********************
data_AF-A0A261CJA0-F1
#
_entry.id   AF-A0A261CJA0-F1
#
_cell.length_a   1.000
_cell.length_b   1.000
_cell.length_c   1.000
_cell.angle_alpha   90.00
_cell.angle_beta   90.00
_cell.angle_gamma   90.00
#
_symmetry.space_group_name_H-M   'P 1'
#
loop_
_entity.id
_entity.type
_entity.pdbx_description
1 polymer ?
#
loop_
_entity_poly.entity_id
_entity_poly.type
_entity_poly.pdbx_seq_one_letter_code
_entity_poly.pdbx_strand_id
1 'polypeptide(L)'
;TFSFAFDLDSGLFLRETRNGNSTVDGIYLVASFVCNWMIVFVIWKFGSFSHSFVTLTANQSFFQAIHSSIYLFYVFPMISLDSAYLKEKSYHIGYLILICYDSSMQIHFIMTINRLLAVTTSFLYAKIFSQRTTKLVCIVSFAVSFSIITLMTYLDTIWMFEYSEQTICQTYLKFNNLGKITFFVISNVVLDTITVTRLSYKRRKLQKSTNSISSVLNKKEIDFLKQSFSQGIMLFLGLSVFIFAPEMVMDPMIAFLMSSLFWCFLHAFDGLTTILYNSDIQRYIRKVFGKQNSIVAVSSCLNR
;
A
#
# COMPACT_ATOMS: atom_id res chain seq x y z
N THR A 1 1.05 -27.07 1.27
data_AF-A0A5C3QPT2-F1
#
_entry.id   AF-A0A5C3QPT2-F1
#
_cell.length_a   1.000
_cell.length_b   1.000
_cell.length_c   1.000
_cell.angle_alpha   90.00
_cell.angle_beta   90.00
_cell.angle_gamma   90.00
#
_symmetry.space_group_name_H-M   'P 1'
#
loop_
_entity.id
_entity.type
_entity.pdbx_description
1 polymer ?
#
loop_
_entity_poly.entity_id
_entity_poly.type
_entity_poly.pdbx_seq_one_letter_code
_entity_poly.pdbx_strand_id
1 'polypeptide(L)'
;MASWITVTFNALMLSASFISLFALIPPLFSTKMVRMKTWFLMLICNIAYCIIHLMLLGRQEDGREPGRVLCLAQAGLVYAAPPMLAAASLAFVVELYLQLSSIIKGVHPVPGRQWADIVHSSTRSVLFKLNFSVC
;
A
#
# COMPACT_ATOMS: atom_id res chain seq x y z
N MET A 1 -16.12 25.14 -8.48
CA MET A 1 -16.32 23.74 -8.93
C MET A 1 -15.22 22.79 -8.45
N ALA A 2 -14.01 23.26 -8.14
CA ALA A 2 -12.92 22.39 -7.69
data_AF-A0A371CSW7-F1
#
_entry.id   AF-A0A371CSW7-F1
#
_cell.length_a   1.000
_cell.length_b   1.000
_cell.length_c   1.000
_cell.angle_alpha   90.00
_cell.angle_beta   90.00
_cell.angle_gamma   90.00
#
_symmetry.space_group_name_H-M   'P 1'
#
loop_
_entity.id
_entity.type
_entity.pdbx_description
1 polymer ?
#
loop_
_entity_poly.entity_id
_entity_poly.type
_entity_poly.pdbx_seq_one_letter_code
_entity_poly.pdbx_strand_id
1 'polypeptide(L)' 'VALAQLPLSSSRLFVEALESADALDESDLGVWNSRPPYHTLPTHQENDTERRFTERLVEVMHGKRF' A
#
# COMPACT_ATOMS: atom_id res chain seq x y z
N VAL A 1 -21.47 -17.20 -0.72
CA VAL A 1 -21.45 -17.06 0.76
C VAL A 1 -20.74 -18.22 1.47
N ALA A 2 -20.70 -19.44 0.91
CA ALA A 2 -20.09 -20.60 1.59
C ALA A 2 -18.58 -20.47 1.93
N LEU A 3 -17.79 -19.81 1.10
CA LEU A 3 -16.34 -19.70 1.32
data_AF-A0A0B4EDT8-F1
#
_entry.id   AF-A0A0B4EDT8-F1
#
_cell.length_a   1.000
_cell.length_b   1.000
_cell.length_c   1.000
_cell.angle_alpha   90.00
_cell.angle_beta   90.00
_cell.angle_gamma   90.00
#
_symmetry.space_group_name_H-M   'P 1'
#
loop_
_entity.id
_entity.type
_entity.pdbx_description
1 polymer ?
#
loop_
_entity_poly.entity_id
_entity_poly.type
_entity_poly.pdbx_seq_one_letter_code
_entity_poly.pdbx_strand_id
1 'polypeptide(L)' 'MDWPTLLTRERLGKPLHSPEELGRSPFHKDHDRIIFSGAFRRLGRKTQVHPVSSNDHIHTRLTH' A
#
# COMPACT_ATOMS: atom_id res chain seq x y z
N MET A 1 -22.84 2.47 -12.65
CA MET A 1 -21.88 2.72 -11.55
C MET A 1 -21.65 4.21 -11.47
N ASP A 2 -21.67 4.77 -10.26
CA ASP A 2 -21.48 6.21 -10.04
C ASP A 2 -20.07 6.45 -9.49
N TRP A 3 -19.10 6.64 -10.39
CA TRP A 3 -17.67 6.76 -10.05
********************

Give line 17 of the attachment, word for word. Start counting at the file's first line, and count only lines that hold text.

_entity.pdbx_description